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Posted by: blackcoatsdaughter ( )
Date: September 27, 2022 08:35AM

Sometimes I get sad thinking about my own cognitive dissonance as a Mormon and what eventually led to me simply not attending anymore yet clinging to belief. All that pressure to WORK at church. I used to think that was an example of it being true, because our church didn't get separated from daily life; church wasn't just an hour on Sunday event, and the members WERE the everything, the cogs that worked the organization. So, even as I suffered under that pressure, trying to juggle callings and bills, and decided I'd just rather focus on what I had the spoons for, it still was a point of faith to me that all that work was required from members. I couldn't cut it, personally, but it was just my own failings. This was definitely how an organization made by god was supposed to be.

But then lately I get sad thinking about those who suffer under the pressure in bigger amounts. Like, the bishop or SP called who is genuinely a good man. Flawed but he tries to do his best and believes in enriching people's lives in a leadership position. He's got a profession, something he works hard at and makes a lot of money. And he's got a family, a couple kids and a wife who is his partner. And now he's a bishop and he has to give MORE.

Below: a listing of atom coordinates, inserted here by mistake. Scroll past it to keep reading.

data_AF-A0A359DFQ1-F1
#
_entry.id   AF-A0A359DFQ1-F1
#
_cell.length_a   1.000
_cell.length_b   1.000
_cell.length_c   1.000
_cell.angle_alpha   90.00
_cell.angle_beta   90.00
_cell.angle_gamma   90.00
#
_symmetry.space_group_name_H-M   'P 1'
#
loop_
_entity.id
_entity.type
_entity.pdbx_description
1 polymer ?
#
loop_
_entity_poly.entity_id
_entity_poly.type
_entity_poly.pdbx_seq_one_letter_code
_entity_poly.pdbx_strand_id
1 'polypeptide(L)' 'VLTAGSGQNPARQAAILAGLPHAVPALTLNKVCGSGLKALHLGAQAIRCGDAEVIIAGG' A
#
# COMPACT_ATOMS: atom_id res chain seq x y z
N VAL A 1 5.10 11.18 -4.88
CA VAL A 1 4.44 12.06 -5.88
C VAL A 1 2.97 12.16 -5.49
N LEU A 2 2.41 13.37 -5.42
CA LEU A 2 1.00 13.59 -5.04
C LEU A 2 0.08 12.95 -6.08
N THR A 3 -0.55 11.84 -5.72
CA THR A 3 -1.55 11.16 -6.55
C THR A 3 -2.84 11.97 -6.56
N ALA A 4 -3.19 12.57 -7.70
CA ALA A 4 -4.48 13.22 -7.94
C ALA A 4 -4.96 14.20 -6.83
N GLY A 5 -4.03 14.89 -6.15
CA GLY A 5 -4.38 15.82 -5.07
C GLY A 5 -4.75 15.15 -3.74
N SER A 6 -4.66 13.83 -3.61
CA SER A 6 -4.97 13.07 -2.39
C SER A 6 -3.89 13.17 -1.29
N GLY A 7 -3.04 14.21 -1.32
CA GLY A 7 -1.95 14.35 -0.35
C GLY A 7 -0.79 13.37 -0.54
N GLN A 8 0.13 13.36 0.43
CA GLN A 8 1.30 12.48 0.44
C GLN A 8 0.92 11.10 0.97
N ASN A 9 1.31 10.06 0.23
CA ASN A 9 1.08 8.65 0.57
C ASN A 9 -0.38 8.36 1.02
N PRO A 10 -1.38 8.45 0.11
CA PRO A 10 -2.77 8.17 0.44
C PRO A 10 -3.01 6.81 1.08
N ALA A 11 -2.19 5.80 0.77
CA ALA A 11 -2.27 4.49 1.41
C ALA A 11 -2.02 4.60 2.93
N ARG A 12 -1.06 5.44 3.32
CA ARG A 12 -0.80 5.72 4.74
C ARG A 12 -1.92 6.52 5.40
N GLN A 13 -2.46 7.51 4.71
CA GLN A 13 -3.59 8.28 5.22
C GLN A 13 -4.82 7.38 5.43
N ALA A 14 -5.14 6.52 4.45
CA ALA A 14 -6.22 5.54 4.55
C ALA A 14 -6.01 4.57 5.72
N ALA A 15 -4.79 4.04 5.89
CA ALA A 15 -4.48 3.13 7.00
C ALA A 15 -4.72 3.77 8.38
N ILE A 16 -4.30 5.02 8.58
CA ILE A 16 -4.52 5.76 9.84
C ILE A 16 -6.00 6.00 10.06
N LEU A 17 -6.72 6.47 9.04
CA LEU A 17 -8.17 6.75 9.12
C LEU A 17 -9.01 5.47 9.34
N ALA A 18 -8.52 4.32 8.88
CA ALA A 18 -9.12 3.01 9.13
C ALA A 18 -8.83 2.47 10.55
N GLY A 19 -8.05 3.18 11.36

I reached the conclusion, with my little RS secretary and Ward Missionary Assistant (I forget the actual name of the called; I was one of the helpers to the Ward Missionary and we went out during Thanksgiving and Christmas to reach out to folks we hadn't heard from in a while to manipulate them back to activity during that lonely time of year). Anyway, I reached the conclusion that I just couldn't cut it and was content to give up on my callings and attendance altogether. Being a single woman without kids, I had that luxury.

But think of our good guy bishop carrying all that weight. He might also reach the conclusion that his stress and pressure is his own failings, without the privilege to just stop going until they release him from the calling and call someone else.